“Their” as a singular

Since this is a copyediting subject, I may as well join in the fray.

Andrew Wheeler takes exception to Matt Cheney’s post claiming that “their” is fine as a singular.

I’m firmly with Matt on this one. This usage has gained popularity due to the need to eliminate the utterly silly and sexist use of “his” as a gender-neutral pronoun. Yes, you can usually rewrite sentences to get around the use of a singular “their” (the easiest way to do so is to pluralize the subject, but you can’t always do that), but the sentences often end up sounding stilted and unnatural. Using “their” to refer to a singular subject frequently results in the most natural sentence structure, which is especially important for fiction.


10 Responses to ““Their” as a singular”  

  1. 1 Morgan Dempsey

    (1) I entirely agree and get so irritated when I have to put a disclaimer on using ‘his’ as a third-person pronoun at the top of my papers, letting professors know I am not sexist but that the English language has failed me. And (2) of course ‘their’ can be eventually used as singular, due to rampant common usage. Language isn’t a static beast :)

  2. 2 Shveta

    Andrew said this after you commented, and I’m curious to see what you think.

    “David: That quote is mostly in favor of “they” as an indefinite third-person pronoun, which is not at all the same thing as a definite singular third-person. Note that the examples tend to have antecedents like “everyone” or “some more audience” — antecedents that are themselves plural and indefinite.

    The usage I object to is of the kind “I went up to the receptionist and gave them my name.” I’m seeing more and more of it lately, and it’s both lazy and stupid — assigning indeterminacy to a specific person.

    A single, defined person is not a “them,” and never will be.

    And a single, undefined person doesn’t need to be a “they,” either — that’s a use which can almost always be avoided.”

  3. 3 Sherwood

    When I discovered that Jane Austen used their in the singular, my objections vanished, zzzzap.

  4. 4 Terry Karney

    If it was good enough for Jane Austen…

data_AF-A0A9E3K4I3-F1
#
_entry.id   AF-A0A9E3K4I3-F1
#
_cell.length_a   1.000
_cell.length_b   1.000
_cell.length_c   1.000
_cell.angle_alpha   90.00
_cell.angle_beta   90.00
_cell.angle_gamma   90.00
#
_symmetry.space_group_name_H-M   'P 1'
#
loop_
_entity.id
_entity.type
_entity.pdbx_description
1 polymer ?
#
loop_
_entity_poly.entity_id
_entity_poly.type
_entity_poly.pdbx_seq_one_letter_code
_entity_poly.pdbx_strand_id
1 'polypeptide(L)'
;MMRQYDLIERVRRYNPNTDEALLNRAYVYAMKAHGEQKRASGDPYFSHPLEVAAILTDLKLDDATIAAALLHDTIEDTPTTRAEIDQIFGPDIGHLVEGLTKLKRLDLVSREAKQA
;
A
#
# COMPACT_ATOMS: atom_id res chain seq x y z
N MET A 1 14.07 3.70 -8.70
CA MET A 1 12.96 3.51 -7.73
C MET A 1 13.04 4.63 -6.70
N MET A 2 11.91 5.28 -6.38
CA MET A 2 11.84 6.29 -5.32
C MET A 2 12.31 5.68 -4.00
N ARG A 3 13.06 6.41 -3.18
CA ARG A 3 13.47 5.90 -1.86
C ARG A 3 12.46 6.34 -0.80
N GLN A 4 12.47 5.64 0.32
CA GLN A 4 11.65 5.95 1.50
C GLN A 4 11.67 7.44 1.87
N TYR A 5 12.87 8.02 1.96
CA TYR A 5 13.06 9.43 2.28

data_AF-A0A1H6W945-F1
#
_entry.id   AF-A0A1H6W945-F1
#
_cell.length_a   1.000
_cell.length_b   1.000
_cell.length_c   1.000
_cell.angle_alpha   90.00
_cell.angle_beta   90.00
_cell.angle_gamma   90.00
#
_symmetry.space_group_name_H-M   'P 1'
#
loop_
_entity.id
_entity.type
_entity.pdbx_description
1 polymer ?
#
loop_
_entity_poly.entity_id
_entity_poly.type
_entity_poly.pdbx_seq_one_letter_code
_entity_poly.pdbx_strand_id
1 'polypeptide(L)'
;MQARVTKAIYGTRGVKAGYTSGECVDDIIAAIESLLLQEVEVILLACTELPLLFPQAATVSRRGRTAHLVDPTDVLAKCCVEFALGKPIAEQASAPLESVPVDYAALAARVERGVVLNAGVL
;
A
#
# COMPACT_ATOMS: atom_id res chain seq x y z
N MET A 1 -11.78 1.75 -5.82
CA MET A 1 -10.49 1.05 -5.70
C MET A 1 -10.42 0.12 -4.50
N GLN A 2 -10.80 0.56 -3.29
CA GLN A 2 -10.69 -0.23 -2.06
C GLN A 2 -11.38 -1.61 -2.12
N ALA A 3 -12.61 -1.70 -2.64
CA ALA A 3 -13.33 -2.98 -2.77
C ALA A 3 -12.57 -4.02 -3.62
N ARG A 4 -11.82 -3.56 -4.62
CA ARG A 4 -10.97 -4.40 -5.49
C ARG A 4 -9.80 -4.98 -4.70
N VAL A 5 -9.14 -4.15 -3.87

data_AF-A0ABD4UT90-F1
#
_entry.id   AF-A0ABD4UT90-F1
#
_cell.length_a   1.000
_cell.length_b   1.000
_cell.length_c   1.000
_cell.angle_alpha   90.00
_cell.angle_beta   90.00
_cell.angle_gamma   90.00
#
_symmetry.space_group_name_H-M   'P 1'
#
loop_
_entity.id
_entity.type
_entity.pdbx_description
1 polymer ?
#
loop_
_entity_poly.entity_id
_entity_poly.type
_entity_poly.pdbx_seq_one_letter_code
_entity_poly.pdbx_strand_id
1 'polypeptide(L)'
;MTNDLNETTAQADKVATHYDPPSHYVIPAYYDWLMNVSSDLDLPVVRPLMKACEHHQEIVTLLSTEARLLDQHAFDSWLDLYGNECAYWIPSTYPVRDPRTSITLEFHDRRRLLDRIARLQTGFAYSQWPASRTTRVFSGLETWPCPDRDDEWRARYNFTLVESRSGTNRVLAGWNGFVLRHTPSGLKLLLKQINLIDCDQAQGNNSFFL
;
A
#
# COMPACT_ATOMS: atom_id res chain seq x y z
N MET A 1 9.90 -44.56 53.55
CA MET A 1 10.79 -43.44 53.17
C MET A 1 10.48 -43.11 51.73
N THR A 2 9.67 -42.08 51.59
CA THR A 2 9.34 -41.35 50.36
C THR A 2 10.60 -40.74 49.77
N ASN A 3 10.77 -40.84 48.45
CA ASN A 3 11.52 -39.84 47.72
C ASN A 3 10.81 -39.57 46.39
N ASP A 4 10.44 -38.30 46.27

Which is my way of saying the usage isn’t all that new, nor is it wrong.

  5. 5 Marianne

    I suspect that the only people who even notice the singular “they” and “their” are copyeditors, English teachers, and the over-educated. In a few years, if brave copyeditors continue to champion it, it will probably sound normal even to the most discriminating ear.

  6. 6 Erin

    I’ve had nonfiction editors alter my ‘his’ or ‘her’ to ‘their’, and then go the other direction (different editors, same magazine). I prefer the ‘their’ because the his/her makes me stop and get distracted from the text to imagine a gender behind the actor, which I don’t think is necessary, and inventing a new pronoun for the neuter/both seems a bit excessive. I try to get around the issue entirely by using different phrasing when I can, but that’s a pain, too.

    Agree with Sherwood, also, re Jane Austen. I had a similar experience with another grammatical tic I had someone stomp on me for, and then I found that Milton used it as well. Good enough for him, good enough for me. I think Austen probably qualifies there, too (even if some of her phrasing can get kind of eye stabbing occasionally).

  7. 7 Deanna Hoak

    Shveta: First, despite what he notes there, he was very clearly objecting to “their” as an indefinite. The example he was complaining about was “I’ll pay one author for their story.” He goes on to say, in Cheney’s blog, “There are many good ways to communicate that a singular third-person has an unknown (or unimportant) gender; making a myriad of other sentences less intelligible along the way is not one of them.”

    Second, calling the usage “lazy and stupid” is just silly. How is it lazy? It’s the same number of syllables either way–it’s not as though it’s somehow easier to say “they” than it is to say “his” or “her.” That type of talk is typical among people who are criticizing dialects other than their own. He can think it’s stupid if he likes, but I certainly don’t agree.

  8. 8 green_knight

    ‘They’ as neutral form is ‘common in spoken English and increasingly in written English, although still deplored by some people’ (OED) – which is good enough for me.

    There are many occasions when I want to be inclusive, or want to draw attention away from a particular gender; and all the other alternatives (he/she etc) are much more cumbersome.

    Next up, the humble ‘alright’ which really isn’t offensive enough to stir up the hostility it creates…

  9. 9 Corey J Feldman

    I totally agree. But then again I am likely to write – I’ll pay one author for there story over their by the cashier’s office.

  10. 10 Lady Heidi

    THANKYOUthankyouTHANKYOUthankyouetcadifinitum.

    If “you” can be used as singular as well as plural (as opposed to the now outdated singular “thou”), I think we should be able to use “they” as singular as well as plural, mostly for the gender-neutrality.

    I once had an editor very curtly (and somewhat unprofessionally) knock back a piece of mine because I used “they” in the singular form, and “we don’t buy pieces from writer who can’t even get the grammar correct in the first sentence.” Beeatch.

    As usual, you have won my undying adoration.

About

Deanna I'm a freelance copyeditor specializing in fantasy and science fiction. SF/F novels I have copyedited have been finalists for (and have sometimes won) the Hugo, Nebula, Arthur C. Clarke, Endeavour, Golden Spur, John W. Campbell Memorial, Quill, Locus, Philip K. Dick, British Science Fiction, British Fantasy, and World Fantasy awards. I am the only copyeditor ever short-listed for a World Fantasy Award.



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